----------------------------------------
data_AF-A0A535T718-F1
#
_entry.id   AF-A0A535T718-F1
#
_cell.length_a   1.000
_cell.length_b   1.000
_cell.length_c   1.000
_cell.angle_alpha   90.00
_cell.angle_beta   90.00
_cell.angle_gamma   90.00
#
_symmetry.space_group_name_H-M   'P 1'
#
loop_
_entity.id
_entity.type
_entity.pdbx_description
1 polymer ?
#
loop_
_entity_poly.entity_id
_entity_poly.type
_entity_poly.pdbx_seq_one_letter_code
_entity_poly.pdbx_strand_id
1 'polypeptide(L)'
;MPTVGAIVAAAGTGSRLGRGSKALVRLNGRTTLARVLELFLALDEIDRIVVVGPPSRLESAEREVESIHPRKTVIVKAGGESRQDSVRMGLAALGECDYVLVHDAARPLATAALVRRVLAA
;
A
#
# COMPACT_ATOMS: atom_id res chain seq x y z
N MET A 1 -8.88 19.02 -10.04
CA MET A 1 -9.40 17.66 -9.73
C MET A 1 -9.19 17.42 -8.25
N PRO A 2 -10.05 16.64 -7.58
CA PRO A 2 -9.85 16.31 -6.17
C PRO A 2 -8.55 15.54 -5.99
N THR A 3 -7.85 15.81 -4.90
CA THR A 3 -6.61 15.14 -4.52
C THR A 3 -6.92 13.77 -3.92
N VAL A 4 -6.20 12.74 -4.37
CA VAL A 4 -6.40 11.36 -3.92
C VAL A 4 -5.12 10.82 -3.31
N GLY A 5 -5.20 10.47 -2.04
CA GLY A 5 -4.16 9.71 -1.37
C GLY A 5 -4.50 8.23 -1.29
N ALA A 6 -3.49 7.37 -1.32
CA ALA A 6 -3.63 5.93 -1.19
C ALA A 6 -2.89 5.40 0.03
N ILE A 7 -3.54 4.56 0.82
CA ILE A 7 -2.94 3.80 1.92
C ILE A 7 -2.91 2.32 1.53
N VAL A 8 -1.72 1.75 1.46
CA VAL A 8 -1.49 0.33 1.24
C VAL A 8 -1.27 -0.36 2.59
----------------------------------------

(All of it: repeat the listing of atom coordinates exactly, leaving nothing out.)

data_AF-A0A535T718-F1
#
_entry.id   AF-A0A535T718-F1
#
_cell.length_a   1.000
_cell.length_b   1.000
_cell.length_c   1.000
_cell.angle_alpha   90.00
_cell.angle_beta   90.00
_cell.angle_gamma   90.00
#
_symmetry.space_group_name_H-M   'P 1'
#
loop_
_entity.id
_entity.type
_entity.pdbx_description
1 polymer ?
#
loop_
_entity_poly.entity_id
_entity_poly.type
_entity_poly.pdbx_seq_one_letter_code
_entity_poly.pdbx_strand_id
1 'polypeptide(L)'
;MPTVGAIVAAAGTGSRLGRGSKALVRLNGRTTLARVLELFLALDEIDRIVVVGPPSRLESAEREVESIHPRKTVIVKAGGESRQDSVRMGLAALGECDYVLVHDAARPLATAALVRRVLAA
;
A
#
# COMPACT_ATOMS: atom_id res chain seq x y z
N MET A 1 -8.88 19.02 -10.04
CA MET A 1 -9.40 17.66 -9.73
C MET A 1 -9.19 17.42 -8.25
N PRO A 2 -10.05 16.64 -7.58
CA PRO A 2 -9.85 16.31 -6.17
C PRO A 2 -8.55 15.54 -5.99
N THR A 3 -7.85 15.81 -4.90
CA THR A 3 -6.61 15.14 -4.52
C THR A 3 -6.92 13.77 -3.92
N VAL A 4 -6.20 12.74 -4.37
CA VAL A 4 -6.40 11.36 -3.92
C VAL A 4 -5.12 10.82 -3.31
N GLY A 5 -5.20 10.47 -2.04
CA GLY A 5 -4.16 9.71 -1.37
C GLY A 5 -4.50 8.23 -1.29
N ALA A 6 -3.49 7.37 -1.32
CA ALA A 6 -3.63 5.93 -1.19
C ALA A 6 -2.89 5.40 0.03
N ILE A 7 -3.54 4.56 0.82
CA ILE A 7 -2.94 3.80 1.92
C ILE A 7 -2.91 2.32 1.53
N VAL A 8 -1.72 1.75 1.46
CA VAL A 8 -1.49 0.33 1.24
C VAL A 8 -1.27 -0.36 2.59